Acknowledgments

We thank the Social Text editorial collective, and Tavia Nyong’o in particular, for critical commentary on an earlier draft of this essay.

2

See Harvey, The New Imperialism, 116–51. Our understanding of dispossession is akin to Robert Nichols’s theorization of dispossession as a recursive mode of colonial “property-generating theft” and similarly distinct from Harvey in this sense. See Nichols, “Theft Is Property!” 

6

Gayatri Spivak discusses Derrida and propriation in “Feminism and Deconstruction,” in Outside in the Teaching Machine, 134–57. Judith Butler provides a useful theoretical context for further analysis of propriation in terms of sexual difference, embodiment, and normativity in Undoing Gender.

8

The racialized link across making commensurate, equivalence, and abstraction can be usefully thought in relation to Bhandar and Toscano, “Race, Real Estate, and Real Abstraction.” 

10

Cacho, Social Death, 13. As Cacho writes: “Ascribing readily recognizable social value always requires the devaluation of an/other, and that other is almost always poor, racialized, criminalized, segregated, legally vulnerable, and unprotected. … A comparative analytic centers relational, contingent, and conditional processes of devaluation, which makes it particularly useful for examining how interconnected processes of valorization, devaluation, and revaluation (i.e., race, gender, sexuality, class, nation, legality, etc.) work interdependently to reify value and relations of inequality as normative, natural, and obvious” (17).

14

See Glissant, Poetics of Relation. We have similarly in mind vital connections to the conception of Black geographies theorized by Katherine McKittrick in Demonic Grounds.

15

Important recent contributions to the theorization of relationality that do not necessarily or extensively focus on the term relationality itself include Byrd, Transit of Empire; Barker, Critically Sovereign; Day, Alien Capital; Lowe, Intimacies of Four Continents; Vimalassery, Pegues, and Goldstein, “Colonial Unknowing”; King, “New World Grammars”; and Feldman, “On Relationality, on Blackness.” On critically rethinking comparative methods, see Hong and Ferguson, Strange Affinities; and Shih, “Comparison as Relation.” On intersectionality, difference, assemblage, and relationality, see Hong, Death beyond Disavowal; Melamed, Represent and Destroy; and Puar, “‘I Would Rather Be a Cyborg than a Goddess.’”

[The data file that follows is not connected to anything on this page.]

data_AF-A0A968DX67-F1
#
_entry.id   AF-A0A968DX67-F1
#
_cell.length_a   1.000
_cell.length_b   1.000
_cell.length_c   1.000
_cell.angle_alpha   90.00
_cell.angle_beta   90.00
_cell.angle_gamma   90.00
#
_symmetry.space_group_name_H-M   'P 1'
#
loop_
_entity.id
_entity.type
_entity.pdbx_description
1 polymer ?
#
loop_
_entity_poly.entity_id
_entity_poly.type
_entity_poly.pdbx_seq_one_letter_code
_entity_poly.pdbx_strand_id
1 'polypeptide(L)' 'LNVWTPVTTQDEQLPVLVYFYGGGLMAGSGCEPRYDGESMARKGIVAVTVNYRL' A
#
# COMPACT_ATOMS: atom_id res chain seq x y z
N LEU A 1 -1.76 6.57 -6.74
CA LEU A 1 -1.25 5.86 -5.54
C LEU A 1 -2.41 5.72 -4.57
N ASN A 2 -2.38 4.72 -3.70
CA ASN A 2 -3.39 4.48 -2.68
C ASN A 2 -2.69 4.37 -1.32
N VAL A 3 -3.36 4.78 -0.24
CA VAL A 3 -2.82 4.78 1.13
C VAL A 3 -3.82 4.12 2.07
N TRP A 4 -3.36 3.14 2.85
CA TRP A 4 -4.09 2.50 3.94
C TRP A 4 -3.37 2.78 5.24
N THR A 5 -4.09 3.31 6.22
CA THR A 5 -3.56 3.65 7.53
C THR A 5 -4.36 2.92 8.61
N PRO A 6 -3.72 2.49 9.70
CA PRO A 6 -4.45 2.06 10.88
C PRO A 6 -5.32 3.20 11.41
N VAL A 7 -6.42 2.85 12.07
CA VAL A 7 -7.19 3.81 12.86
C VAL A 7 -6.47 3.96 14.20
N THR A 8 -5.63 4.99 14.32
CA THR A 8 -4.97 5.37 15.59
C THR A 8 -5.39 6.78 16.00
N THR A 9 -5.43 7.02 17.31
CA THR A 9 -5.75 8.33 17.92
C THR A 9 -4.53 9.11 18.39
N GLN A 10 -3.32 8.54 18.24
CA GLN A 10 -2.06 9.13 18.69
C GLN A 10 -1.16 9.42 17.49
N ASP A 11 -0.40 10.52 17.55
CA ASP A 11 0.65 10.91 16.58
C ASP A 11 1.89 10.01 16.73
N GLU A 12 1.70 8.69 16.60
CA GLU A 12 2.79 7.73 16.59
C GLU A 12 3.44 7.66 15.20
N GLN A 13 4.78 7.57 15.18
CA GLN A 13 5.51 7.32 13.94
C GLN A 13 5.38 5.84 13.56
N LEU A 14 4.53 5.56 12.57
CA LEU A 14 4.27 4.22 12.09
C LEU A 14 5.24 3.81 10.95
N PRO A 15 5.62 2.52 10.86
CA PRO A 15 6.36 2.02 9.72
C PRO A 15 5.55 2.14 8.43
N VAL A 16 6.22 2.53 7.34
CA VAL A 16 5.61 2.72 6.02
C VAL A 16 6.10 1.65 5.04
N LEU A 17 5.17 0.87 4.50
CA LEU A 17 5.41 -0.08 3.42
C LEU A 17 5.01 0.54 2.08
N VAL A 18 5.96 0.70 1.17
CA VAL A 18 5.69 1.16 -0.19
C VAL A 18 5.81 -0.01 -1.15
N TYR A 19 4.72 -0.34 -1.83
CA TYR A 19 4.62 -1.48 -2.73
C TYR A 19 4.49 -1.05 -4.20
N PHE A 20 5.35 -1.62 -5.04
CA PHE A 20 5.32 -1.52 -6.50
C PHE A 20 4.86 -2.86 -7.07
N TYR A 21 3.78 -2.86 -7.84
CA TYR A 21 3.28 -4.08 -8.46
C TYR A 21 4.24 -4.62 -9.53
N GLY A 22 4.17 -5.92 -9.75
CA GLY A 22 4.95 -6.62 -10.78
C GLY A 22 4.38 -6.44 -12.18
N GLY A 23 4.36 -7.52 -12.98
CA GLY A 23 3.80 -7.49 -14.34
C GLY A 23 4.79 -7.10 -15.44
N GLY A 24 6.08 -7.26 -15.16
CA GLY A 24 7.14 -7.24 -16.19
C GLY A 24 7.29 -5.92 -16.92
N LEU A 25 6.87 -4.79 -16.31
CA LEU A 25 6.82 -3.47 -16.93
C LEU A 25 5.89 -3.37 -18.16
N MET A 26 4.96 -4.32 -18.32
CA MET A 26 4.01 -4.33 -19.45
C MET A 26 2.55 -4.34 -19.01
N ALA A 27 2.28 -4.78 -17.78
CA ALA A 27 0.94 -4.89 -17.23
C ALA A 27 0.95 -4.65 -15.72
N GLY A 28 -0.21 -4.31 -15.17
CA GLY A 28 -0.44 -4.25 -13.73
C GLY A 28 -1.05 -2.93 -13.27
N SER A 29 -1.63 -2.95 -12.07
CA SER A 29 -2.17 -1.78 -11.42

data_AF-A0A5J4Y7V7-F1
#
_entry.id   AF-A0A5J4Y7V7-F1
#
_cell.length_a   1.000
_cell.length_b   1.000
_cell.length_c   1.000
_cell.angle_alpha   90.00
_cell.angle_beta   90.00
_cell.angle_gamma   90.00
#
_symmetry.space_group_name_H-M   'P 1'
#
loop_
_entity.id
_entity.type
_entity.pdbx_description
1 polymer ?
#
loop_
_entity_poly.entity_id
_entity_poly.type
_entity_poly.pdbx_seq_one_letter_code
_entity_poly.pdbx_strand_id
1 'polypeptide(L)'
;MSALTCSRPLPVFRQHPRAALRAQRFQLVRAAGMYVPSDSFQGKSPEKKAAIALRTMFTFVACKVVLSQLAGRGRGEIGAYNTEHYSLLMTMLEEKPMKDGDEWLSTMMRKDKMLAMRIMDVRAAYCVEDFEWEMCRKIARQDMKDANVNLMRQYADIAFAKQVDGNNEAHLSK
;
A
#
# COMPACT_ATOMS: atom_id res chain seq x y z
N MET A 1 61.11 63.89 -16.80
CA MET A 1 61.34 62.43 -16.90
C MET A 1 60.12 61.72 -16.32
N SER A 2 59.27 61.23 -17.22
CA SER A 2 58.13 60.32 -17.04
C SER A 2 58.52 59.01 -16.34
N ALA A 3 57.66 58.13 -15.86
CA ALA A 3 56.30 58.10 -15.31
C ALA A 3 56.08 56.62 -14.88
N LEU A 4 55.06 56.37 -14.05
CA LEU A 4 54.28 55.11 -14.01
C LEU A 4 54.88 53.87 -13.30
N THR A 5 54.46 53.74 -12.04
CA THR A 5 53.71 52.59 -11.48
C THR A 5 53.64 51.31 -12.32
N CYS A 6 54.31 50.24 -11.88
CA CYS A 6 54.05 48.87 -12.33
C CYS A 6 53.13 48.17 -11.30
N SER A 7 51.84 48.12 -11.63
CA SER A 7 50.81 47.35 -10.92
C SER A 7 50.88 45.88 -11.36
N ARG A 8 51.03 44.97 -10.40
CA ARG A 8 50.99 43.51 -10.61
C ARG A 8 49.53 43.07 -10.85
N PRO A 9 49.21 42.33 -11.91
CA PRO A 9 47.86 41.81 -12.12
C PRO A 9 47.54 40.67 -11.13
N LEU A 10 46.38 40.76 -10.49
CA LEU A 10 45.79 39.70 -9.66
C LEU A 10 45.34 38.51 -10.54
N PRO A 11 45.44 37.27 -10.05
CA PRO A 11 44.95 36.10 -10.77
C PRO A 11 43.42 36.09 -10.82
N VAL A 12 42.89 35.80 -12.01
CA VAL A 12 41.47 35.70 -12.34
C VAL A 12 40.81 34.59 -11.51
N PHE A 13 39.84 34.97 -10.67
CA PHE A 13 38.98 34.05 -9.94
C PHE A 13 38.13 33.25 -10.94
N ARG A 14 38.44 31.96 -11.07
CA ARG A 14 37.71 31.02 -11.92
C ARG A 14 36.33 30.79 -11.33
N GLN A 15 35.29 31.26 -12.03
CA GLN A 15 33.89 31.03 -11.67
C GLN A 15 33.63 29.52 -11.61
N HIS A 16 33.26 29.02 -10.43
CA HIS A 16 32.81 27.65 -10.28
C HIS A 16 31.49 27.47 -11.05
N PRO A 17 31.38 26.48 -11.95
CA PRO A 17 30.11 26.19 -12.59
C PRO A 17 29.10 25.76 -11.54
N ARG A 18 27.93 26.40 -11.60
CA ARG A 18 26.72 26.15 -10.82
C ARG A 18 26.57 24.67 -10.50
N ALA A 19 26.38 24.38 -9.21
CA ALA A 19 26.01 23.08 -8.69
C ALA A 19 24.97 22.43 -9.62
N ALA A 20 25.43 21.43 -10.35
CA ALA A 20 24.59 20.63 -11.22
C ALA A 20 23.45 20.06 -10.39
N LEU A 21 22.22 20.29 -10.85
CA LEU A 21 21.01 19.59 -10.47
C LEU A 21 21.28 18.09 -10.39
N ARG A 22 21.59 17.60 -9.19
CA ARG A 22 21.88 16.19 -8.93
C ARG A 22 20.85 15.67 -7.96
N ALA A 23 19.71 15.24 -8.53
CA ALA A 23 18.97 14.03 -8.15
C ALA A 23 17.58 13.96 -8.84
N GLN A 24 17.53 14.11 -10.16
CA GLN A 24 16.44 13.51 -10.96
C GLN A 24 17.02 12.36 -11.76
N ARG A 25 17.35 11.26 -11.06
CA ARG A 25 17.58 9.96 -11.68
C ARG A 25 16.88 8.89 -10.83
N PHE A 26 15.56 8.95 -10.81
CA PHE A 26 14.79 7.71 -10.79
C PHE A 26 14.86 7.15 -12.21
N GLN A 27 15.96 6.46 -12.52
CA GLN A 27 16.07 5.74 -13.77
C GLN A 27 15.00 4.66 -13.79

18

We use “so-called original accumulation” for Marx’s phrase die sogenannte ursprüngliche Akkumulation rather than what has become its standard rendering as “so-called primitive accumulation,” both because this is a more accurate translation and because it better approximates the terminology of Adam Smith, which served as Marx’s point of critical reference. The German word ursprüngliche translates as “original” in the sense of “at the origin,” or “the base” or “source” of something. One of its usages is as a noun for fountain. For further discussion, see Vimalassery, “Wealth of the Natives”; Coulthard, “From Wards of the State to Subjects of Recognition?”; and Nichols, “Disaggregating Primitive Accumulation.”

19

Marx, Capital, 873; emphasis added.

20

Ibid., 940.

21

See Harvey, The New Imperialism. Harvey writes, “I also think it plausible that the second step did far more damage to the long-term hopes, aspirations, and possibilities of the mass of the impoverished population than did the first. The implication is that primitive accumulation that opens up a path to expanded reproduction is one thing, and accumulation by dispossession that disrupts and destroys a path already opened up is quite another” (137). See also Lenin, Imperialism.

23

In our critique of the modes of rationality, equivalence, and abstraction we nonetheless do not intend to suggest a valorization of the concrete (“real”) over the abstract, as Iyko Day has so insightfully analyzed at length in Alien Capital.

32

Ibid., 241.

34

Ibid.